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  • Writer's pictureSinead Mackintosh

The Genetics Behind the Ice Fish

The ice fish (fancy science name: Channichthyidae) is a group of fish found in the cold waters of the Southern Ocean around Antarctica. One of the most striking features of ice fish is their transparent blood! It's super cool (see what I did there) blood lacks the red blood cells that are normally found in other fish and vertebrates (animals with an internal backbone).

The genetics behind the icefish blood is complex (as always) and involves multiple genes and biological pathways. One key gene that is involved in the absence of red blood cells in ice fish is the erythropoietin gene (EPO). Erythropoietin is a hormone that is produced by the kidneys and starts the production of red blood cells in most vertebrates. In ice fish, however, mutations in the EPO gene have resulted in the loss of red blood cells, which allows for greater blood flow and oxygen diffusion.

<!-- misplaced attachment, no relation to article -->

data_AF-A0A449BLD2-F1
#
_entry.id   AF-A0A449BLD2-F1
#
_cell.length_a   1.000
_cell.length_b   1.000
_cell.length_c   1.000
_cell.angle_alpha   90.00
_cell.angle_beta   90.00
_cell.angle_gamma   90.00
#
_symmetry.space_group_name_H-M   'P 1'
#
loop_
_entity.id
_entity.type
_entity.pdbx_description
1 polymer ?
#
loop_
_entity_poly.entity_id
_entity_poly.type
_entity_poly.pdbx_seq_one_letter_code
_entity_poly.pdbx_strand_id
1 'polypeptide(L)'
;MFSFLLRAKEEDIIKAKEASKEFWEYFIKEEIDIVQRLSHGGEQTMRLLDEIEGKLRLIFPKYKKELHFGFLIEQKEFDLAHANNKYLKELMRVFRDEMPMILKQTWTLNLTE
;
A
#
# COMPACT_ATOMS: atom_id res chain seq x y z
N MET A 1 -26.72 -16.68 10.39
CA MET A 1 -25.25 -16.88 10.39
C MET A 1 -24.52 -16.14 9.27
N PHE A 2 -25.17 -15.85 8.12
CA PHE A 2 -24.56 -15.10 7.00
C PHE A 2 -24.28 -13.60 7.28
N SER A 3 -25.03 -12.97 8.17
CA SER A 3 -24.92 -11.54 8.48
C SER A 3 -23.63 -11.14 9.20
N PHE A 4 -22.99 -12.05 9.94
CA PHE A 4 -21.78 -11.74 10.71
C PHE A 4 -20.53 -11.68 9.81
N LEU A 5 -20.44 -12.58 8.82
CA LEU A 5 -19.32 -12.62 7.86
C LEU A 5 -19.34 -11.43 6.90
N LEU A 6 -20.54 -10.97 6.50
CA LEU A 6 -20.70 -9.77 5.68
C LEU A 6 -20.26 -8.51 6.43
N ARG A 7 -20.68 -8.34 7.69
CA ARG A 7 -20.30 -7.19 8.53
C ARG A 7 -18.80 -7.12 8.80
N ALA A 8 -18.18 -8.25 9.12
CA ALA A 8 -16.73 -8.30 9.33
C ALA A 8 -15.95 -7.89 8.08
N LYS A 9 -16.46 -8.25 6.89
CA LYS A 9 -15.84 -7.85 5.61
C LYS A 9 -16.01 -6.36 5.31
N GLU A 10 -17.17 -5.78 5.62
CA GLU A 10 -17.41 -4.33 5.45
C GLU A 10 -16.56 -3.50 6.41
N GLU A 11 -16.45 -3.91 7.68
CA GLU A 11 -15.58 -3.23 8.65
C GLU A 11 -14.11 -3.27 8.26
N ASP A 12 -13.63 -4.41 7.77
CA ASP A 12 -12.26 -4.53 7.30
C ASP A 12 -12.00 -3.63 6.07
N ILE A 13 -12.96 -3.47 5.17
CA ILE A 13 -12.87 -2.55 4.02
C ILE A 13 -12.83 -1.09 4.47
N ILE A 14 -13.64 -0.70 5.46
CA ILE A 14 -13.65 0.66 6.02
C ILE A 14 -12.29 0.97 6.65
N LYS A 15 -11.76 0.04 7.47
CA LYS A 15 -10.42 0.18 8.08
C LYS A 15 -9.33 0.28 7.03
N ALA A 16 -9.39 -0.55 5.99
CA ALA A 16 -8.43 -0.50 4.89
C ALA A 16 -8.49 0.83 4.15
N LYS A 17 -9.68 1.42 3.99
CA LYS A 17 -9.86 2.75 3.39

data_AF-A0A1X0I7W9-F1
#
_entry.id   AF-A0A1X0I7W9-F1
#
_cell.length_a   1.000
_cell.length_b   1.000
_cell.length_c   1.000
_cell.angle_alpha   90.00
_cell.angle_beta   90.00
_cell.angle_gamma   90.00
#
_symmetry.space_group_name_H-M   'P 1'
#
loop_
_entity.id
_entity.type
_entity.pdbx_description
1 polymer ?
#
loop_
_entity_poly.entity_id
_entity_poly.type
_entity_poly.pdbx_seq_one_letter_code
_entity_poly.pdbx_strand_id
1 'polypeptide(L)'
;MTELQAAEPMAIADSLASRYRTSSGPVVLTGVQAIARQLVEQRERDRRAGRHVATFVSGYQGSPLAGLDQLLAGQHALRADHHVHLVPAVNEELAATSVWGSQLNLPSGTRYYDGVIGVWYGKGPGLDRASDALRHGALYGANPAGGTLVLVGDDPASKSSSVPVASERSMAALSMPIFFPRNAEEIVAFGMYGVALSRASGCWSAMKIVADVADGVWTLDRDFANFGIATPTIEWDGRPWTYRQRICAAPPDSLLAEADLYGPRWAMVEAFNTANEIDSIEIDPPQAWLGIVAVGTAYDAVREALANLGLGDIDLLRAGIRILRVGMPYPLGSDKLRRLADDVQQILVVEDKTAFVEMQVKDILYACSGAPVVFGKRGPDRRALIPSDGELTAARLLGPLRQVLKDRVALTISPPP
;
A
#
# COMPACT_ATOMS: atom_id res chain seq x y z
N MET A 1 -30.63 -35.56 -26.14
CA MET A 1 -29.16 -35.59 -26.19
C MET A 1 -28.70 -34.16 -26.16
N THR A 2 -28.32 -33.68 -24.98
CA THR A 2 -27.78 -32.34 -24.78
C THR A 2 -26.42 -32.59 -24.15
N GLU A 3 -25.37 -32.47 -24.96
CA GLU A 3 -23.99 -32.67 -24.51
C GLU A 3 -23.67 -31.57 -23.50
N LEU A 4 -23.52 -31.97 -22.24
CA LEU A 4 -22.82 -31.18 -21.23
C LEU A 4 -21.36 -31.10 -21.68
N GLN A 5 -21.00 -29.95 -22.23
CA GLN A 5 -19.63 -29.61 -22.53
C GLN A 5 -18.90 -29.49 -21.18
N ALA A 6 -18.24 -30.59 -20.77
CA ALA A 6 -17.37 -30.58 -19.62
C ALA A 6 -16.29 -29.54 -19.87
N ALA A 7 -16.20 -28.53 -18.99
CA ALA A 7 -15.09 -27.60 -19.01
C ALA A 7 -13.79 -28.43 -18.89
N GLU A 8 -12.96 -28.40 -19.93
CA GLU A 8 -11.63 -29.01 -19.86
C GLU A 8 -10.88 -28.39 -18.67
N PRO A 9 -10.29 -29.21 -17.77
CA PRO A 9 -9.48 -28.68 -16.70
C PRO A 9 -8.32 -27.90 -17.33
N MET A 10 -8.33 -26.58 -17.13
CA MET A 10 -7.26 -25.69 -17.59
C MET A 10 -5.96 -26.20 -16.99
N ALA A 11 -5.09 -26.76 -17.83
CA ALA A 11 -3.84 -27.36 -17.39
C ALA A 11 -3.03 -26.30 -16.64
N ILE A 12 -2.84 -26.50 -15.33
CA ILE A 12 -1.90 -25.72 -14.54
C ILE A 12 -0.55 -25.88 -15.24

Another gene that is important for the development of transparent blood in ice fish is the type III antifreeze protein (AFP III) gene. This gene codes for a protein that helps prevent the formation of ice crystals in the blood of ice fish, which would otherwise be lethal in the freezing waters of Antarctica.

In addition to these specific genes, the genetics behind the transparent blood of ice fish is also influenced by various environmental factors, such as temperature, pressure, and oxygen levels, which can affect the expression of genes involved in blood development and function.

Overall, the genetics behind the transparent blood of ice fish is an area of active research in evolutionary biology and genetics, with ongoing studies aimed at identifying the specific genes and regulatory pathways involved in this unique trait and how it has evolved to adapt to the extreme conditions of the Antarctic environment.

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